Comprehensive data about each shopper allows Amazon’s AI to find patterns for every customer, providing accurate product recommendations, search relevancy and audience monetization that improves constantly. This is central to Amazon’s success.  

Vendors need to be able to capture new sources of data and safely store it in a virtual private cloud. They should also be able to control who accesses the data.   

Ask your vendor: How much data can we send you? Are there any caps? How frequently will you ingest new data?  

2. AI sophistication 

Sophisticated AI uses deep learning, which is a way to automate predictive analytics (the application of current and historical data to forecast activity, behavior and trends). Deep learning uses algorithms stacked in a hierarchy of increasing complexity. The AI then applies these algorithms until the output reaches an acceptable level of accuracy. 

Knowing the gender of the viewer is not enough data for Netflix’s AI to make a good movie recommendation. With more details about what the viewer watched in the past (i.e., genre, actors, etc.), AI zeros in on what the viewer might like. As more data accumulates about each viewer’s preferences, such as what movies they gave a higher rating to, how “bingeable” a show was or what movies/shows they never finished watching, the recommendations for what to watch next become better. Additionally, AI takes what it learns from other viewers who look like you to find more suggestions. Based on your response, it learns and adjusts its recommendations based on the new data.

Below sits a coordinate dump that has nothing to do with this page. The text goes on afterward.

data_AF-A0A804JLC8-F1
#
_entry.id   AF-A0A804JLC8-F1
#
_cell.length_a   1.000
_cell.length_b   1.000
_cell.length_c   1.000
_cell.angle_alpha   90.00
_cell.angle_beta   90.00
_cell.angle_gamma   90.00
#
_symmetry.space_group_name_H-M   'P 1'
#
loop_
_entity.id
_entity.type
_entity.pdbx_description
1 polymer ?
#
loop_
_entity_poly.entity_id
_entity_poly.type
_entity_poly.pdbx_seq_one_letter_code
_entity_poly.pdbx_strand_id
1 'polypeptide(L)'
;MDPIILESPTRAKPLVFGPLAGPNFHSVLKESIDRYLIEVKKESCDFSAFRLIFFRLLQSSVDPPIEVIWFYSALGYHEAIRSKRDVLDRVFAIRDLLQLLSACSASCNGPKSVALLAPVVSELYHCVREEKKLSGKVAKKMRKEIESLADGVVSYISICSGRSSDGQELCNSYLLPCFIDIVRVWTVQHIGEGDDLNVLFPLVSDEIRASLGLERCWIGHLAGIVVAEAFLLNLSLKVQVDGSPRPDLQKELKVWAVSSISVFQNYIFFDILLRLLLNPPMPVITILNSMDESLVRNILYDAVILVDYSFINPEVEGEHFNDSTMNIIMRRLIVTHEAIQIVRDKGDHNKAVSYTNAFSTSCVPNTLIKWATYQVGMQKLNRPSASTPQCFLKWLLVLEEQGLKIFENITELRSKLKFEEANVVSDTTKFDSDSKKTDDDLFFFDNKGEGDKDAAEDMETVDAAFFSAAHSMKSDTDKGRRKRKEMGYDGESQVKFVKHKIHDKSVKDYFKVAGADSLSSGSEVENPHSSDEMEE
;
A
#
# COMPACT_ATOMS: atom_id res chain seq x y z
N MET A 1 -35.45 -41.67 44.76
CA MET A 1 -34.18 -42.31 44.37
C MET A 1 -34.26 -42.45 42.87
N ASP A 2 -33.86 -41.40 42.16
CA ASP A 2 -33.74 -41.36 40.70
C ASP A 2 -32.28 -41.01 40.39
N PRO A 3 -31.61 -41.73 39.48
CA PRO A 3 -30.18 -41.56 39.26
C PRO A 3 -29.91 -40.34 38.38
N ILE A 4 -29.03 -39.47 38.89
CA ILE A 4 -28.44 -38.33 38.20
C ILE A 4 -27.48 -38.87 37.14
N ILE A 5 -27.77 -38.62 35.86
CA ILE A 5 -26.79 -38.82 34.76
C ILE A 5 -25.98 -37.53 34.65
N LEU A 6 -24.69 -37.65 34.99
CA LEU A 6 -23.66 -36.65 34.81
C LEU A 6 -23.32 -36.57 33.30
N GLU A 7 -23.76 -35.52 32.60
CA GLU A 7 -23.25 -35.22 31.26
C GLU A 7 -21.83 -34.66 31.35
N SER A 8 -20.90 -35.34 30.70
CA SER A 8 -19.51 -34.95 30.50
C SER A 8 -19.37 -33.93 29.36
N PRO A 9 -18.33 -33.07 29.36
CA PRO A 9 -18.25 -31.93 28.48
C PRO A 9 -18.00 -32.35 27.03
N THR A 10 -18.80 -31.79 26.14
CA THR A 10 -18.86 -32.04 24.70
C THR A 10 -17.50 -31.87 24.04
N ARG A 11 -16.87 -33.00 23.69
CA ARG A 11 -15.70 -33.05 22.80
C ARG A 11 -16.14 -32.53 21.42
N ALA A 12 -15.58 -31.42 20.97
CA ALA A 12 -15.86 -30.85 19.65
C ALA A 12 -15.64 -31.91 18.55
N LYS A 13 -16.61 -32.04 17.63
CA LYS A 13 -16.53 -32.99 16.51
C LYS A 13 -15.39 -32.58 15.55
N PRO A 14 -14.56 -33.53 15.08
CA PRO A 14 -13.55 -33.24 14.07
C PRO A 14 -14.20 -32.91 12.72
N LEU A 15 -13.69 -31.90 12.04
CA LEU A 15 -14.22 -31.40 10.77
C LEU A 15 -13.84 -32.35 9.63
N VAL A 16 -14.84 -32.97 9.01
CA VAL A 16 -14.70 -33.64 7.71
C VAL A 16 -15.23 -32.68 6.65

Distributors have high-dimensional data with large product catalogs and many transactions and customers. Simple models can’t deal with this complexity and, as a result, won’t identify true patterns or connections. Imagine trying to automatically identify substitute items in a catalog of 1 million SKUs by text matching – a simple AI model. You might get some substitutes, but to do it effectively, AI needs to map to higher-dimensional data to understand what the text means. It needs to be able to figure out that the color navy is similar to blue; or that two different manufacturers are creating similar items even though the descriptions are different. Deep learning models can sort through these nuances to solve higher-dimension problems. 

Ask your vendor: Do you use deep learning and natural language processing? Deep learning is a highly effective form of machine learning. If your vendor uses more basic predictive tools like segmentation and clustering, they won’t be able to identify complex patterns. Deep learning models can handle messy, real-world factors like seasonality and deliver real results.

3. AI built for distributors

Distributors may look to AI vendors to supply them with an advantage they can’t build in-house, but selecting a generic solution won’t cut it. AI designed specifically for distributors will be more effective. 

Distributors have unique challenges and types of data. Generic AI models – like a model optimized for direct-to-consumer businesses – aren’t sophisticated enough to process all the data distributors have and see the complex patterns within. Generic solutions are also not built to answer questions distributors specifically care about. After all, recommending a pair of pants to match a sweater is a much easier problem to solve than matching a conduit with the appropriate fitting. 

Ask your vendor: What questions does your AI answer for my business? Is there an omnichannel element to the AI? Can it be used on digital (online) channels in addition to offline (via customer-facing people)? 

Asking the hard questions and selecting the right AI solutions today will pay off quickly and sustainably.